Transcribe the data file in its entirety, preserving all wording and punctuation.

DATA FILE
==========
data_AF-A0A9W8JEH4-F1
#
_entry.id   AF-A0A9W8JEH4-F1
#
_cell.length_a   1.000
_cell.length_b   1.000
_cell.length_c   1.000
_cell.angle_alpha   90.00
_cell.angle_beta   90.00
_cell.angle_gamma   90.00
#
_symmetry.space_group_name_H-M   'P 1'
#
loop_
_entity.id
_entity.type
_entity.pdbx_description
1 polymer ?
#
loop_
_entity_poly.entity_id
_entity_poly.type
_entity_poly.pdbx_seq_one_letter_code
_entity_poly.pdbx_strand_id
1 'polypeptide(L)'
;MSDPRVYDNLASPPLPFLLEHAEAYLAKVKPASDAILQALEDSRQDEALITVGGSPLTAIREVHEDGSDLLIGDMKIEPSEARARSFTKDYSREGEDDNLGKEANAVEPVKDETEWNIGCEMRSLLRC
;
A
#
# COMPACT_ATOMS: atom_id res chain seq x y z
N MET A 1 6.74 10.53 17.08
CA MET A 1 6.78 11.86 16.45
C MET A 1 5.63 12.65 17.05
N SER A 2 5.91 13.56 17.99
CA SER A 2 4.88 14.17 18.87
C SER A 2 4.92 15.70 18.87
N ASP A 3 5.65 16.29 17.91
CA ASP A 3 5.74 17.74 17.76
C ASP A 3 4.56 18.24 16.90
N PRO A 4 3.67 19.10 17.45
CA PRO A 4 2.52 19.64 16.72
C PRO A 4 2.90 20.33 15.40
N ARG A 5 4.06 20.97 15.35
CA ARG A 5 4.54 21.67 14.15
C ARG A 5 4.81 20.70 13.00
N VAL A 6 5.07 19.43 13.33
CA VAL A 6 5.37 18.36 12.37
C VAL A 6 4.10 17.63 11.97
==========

data_AF-A0A9W8JEH4-F1
#
_entry.id   AF-A0A9W8JEH4-F1
#
_cell.length_a   1.000
_cell.length_b   1.000
_cell.length_c   1.000
_cell.angle_alpha   90.00
_cell.angle_beta   90.00
_cell.angle_gamma   90.00
#
_symmetry.space_group_name_H-M   'P 1'
#
loop_
_entity.id
_entity.type
_entity.pdbx_description
1 polymer ?
#
loop_
_entity_poly.entity_id
_entity_poly.type
_entity_poly.pdbx_seq_one_letter_code
_entity_poly.pdbx_strand_id
1 'polypeptide(L)'
;MSDPRVYDNLASPPLPFLLEHAEAYLAKVKPASDAILQALEDSRQDEALITVGGSPLTAIREVHEDGSDLLIGDMKIEPSEARARSFTKDYSREGEDDNLGKEANAVEPVKDETEWNIGCEMRSLLRC
;
A
#
# COMPACT_ATOMS: atom_id res chain seq x y z
N MET A 1 6.74 10.53 17.08
CA MET A 1 6.78 11.86 16.45
C MET A 1 5.63 12.65 17.05
N SER A 2 5.91 13.56 17.99
CA SER A 2 4.88 14.17 18.87
C SER A 2 4.92 15.70 18.87
N ASP A 3 5.65 16.29 17.91
CA ASP A 3 5.74 17.74 17.76
C ASP A 3 4.56 18.24 16.90
N PRO A 4 3.67 19.10 17.45
CA PRO A 4 2.52 19.64 16.72
C PRO A 4 2.90 20.33 15.40
N ARG A 5 4.06 20.97 15.35
CA ARG A 5 4.54 21.67 14.15
C ARG A 5 4.81 20.70 13.00
N VAL A 6 5.07 19.43 13.33
CA VAL A 6 5.37 18.36 12.37
C VAL A 6 4.10 17.63 11.97